Αlexandra Bell reflects on a challenging month and also highlights the benefits she has found from seeing a sports psychologist.
How quickly does time fly by? I left you guys last month with excitement and passion about my cross country season to date, with the desire to have a final run out at the English National Cross Country Championships held in Leeds.
Well since last month’s blog, the motivation and the drive to continually drag myself out and pound mile after mile, day in day out, rapidly deteriorated and I came to the realisation that I had maybe started the winter season with a little (ok, maybe way too much) enthusiasm about cross country running!
In the beginning, keenness of the muddy stuff was high and I’ve been happy with the progression made, competing well in international competitions and getting truly stuck into some ‘big girl’ blocks of training. But come the week of the national championships, I crashed and I burned.
I know my coach’s opinion will differ greatly from mine, but my training has just been below par these last couple of weeks with the constant feeling of flatness and sluggishness, and it became clear to me that I needed to bring this cross country season to an end.
Now it would be so easy for me to be untruthful at this point and sugar coat the rough patch that I’ve encountered in training these last couple of weeks. I could also keep it simple and tell you I just plainly decided not to race. However, I believe it’s worth sharing the truthful and hopefully relatable reason, that I was suffering plainly from exhaustion.
The winter can be a dark place
During winter you can really bury yourself into a hole and I feel I went to that place a fair few times these last couple of weeks.
My body has never experienced the training load that I have put myself through this season and I feel over the last two weeks everything just caught up with me. My body has just crashed leaving all at a sudden standstill.
There has been a form of imbalance somewhere along the lines these last couple of weeks and I truly have not been feeling the same since my performance at the Northern Championships last month, feeling like it has taken an eternity to recover from.
Somewhere along the way, there has been a lack of ‘something’ within my routine, maybe a neglect in fuelling and dietary requirements in relation to training load or even maybe just a lack of rest and recovery. If you can imagine training as a set of scales, what comes to mind is maybe the training load has outweighed the intake of nutrition or vitamins and minerals alongside the rate of recovery.
I remember being on the phone to my mum coming home from work one evening explaining to her how “I feel like a withered plant, I’m missing something like a nutrient or vitamin or something”.
At this moment I’m not sure what the underlying reason was towards the feelings of fatigue and flatness, other than that it could just purely be a combination of heavy sessions, shabby refuelling, extra shifts at work with little time in between for investment into self massage or therapy, and not to mention the female hormonal side of things with a delayed menstrual cycle to add to the emotional side of things this month.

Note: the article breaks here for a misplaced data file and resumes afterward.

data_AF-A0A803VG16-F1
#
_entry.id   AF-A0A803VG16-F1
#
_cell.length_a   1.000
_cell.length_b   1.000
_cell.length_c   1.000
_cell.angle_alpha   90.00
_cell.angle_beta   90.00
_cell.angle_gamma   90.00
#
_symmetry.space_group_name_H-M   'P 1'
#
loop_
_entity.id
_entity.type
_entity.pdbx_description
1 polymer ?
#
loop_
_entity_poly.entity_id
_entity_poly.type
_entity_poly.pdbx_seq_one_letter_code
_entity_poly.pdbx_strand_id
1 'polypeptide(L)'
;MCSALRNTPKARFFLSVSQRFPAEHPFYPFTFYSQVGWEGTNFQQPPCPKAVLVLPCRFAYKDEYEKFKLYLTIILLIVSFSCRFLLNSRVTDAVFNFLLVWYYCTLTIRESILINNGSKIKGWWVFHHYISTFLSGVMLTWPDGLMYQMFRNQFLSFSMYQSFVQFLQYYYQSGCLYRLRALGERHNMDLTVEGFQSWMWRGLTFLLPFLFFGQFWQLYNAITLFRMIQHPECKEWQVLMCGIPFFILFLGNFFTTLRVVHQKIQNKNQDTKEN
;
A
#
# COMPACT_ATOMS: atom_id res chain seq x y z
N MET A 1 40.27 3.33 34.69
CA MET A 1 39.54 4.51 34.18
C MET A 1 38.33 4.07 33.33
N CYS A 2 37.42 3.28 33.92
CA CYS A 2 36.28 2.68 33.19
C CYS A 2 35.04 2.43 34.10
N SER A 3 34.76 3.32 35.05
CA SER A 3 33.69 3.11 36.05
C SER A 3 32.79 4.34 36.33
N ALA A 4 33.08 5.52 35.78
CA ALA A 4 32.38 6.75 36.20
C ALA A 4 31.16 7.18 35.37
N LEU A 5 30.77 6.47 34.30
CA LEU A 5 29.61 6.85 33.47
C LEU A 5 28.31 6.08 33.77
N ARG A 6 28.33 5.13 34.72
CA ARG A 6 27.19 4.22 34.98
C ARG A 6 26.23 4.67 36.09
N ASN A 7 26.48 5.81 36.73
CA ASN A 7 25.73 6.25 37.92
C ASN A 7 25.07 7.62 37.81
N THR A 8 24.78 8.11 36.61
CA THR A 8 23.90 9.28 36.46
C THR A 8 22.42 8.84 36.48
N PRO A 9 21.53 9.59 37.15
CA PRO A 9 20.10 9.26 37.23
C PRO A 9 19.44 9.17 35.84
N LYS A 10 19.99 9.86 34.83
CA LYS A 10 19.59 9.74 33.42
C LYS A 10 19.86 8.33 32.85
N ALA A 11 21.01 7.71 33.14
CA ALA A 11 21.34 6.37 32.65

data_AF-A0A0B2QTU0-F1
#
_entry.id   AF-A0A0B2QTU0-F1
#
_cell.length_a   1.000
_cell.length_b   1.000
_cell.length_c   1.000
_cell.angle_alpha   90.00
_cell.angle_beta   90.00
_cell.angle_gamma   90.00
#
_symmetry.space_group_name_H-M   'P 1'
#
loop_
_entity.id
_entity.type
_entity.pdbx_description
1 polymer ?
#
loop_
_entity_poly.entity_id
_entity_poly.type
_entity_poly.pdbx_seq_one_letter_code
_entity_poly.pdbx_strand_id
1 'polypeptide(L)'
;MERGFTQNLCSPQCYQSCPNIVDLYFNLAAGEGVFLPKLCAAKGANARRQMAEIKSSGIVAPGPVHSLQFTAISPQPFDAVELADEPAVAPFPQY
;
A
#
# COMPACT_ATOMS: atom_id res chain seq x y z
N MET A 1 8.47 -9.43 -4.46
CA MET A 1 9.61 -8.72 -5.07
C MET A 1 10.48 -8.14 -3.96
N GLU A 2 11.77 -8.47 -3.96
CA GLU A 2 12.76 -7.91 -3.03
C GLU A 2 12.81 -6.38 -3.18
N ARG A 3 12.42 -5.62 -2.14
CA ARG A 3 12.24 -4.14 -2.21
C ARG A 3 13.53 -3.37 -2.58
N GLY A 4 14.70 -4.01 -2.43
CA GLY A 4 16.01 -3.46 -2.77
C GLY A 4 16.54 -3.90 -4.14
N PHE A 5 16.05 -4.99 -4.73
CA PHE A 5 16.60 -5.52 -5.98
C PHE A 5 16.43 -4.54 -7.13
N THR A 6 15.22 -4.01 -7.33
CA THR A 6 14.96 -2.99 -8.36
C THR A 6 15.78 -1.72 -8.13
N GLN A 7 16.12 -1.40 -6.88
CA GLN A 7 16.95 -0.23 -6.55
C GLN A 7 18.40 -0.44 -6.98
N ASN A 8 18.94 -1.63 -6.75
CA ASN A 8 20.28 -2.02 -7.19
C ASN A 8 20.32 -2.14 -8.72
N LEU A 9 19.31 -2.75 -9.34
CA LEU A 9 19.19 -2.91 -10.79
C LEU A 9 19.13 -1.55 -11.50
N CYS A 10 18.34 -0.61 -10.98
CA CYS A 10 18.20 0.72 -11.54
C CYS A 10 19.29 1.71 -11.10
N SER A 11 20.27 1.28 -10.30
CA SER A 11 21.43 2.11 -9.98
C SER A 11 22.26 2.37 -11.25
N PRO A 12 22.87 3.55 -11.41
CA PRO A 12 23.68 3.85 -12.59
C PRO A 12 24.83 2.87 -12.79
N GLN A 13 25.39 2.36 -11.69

Patience is key
What I’m learning along the way is how patience is key and that everything is temporary, especially in sports, nothing in the sporting world is static. The performance slumps of course will come and go, it is just about taking the bad days with the good and knowing that there are far more good days coming in the future.
It is however just unfortunate that it takes almost two weeks to get an appointment with my local GP just for some blood tests. I really wish there was a more accessible system in place to the non-funded athletes to have equal treatment when it comes to health and wellbeing check-ups; including seasonal blood tests, specifically for the female athletes, to monitor our iron levels, magnesium, vitamin D and the endless list to be able to stay fit and healthy for a well functioning athletic body, mind and wellbeing.
Just a couple of weeks prior to boarding the plane for the Commonwealths last March, I remember going through this exact phase, low energy and sluggishness which results confirmed it was low Vitamin D.
I’m presuming that it is just a repeat case of this and nothing that my forthcoming warm weather training camp cannot resolve! Every day I learn something new in this sport and it’s teaching me that the best advice you should ever take on is from yourself and realising that listening to your body has to be critical in becoming a successful athlete. Become a bamboo tree, you can bend but don’t break!
I decided that I wanted to share my own personal experiences and thoughts on sports psychology because I have found it to be a really positive tool. I’ve invested in it over the last year and it has helped me a great deal with many things, not just with athletics but with everyday life too.